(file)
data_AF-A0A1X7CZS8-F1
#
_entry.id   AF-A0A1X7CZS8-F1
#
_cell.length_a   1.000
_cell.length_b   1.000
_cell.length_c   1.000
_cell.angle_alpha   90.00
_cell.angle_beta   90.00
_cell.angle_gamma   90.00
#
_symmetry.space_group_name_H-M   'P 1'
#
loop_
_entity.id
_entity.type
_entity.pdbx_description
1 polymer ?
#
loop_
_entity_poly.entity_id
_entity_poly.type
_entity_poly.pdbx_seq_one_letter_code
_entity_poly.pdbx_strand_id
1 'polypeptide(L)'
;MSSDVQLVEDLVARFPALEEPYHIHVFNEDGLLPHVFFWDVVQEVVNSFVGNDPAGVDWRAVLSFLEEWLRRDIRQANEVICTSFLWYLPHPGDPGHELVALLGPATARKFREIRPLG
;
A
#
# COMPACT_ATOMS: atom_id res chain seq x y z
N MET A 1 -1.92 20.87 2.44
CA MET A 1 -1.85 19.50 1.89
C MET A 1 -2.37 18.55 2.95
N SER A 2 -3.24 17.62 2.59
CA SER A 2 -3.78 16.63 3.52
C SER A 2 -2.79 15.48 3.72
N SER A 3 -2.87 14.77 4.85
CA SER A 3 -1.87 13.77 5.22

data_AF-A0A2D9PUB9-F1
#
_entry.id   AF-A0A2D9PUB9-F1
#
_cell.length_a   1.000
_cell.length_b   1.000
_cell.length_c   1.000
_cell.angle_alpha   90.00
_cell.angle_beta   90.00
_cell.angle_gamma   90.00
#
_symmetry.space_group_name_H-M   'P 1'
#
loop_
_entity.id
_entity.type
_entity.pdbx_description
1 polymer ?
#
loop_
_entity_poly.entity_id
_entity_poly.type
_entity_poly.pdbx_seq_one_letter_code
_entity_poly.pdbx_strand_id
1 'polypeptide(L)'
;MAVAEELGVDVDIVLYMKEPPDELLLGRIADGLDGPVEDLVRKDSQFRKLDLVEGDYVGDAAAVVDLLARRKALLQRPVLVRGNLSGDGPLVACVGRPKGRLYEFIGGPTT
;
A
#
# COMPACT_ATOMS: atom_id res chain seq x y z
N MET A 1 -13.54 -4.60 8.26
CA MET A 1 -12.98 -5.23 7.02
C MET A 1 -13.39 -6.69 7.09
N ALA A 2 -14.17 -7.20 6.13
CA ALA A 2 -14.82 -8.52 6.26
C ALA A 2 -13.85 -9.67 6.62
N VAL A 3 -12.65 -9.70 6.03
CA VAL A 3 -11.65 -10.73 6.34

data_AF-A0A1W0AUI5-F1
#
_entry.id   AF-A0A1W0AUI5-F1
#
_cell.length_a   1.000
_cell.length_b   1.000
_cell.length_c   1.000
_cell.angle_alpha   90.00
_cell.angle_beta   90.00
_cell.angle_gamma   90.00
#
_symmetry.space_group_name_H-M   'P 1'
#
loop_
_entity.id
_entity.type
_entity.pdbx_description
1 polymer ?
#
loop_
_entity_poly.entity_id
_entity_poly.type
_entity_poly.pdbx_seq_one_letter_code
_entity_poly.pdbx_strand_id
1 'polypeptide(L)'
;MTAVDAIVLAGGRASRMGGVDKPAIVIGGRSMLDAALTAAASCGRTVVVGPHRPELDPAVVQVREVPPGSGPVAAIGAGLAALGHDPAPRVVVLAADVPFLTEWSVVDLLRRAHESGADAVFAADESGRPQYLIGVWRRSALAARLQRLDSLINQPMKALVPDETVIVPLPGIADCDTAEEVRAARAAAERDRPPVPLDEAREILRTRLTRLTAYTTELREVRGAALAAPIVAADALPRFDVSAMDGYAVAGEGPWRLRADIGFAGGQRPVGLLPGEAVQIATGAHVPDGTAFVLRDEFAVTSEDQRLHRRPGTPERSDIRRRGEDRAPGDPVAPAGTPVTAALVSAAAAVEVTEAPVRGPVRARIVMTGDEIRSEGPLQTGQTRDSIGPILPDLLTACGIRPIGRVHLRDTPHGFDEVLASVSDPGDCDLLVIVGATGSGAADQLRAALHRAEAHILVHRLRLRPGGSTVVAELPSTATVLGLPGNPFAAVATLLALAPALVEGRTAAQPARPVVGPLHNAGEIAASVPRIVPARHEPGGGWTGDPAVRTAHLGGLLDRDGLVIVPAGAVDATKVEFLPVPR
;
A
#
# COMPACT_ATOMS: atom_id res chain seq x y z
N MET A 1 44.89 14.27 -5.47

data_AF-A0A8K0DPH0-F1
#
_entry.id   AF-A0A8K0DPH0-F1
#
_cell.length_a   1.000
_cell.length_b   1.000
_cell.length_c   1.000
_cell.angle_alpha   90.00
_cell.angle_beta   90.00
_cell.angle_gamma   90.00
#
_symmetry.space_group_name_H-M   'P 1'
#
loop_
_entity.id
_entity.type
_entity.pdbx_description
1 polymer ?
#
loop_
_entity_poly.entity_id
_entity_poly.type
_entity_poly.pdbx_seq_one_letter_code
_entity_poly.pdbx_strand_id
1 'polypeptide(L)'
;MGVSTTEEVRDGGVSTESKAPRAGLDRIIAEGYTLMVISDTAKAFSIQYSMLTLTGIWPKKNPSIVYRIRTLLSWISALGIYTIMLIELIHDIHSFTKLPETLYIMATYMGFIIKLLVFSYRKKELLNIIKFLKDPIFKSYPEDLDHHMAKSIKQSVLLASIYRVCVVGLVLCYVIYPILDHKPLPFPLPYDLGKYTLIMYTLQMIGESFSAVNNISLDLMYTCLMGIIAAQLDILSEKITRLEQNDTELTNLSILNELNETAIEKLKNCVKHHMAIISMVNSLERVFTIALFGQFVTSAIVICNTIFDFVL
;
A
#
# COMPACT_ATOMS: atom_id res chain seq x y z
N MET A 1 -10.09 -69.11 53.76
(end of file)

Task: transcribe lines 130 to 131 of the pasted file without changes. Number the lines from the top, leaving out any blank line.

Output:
_entity_poly.pdbx_seq_one_letter_code
_entity_poly.pdbx_strand_id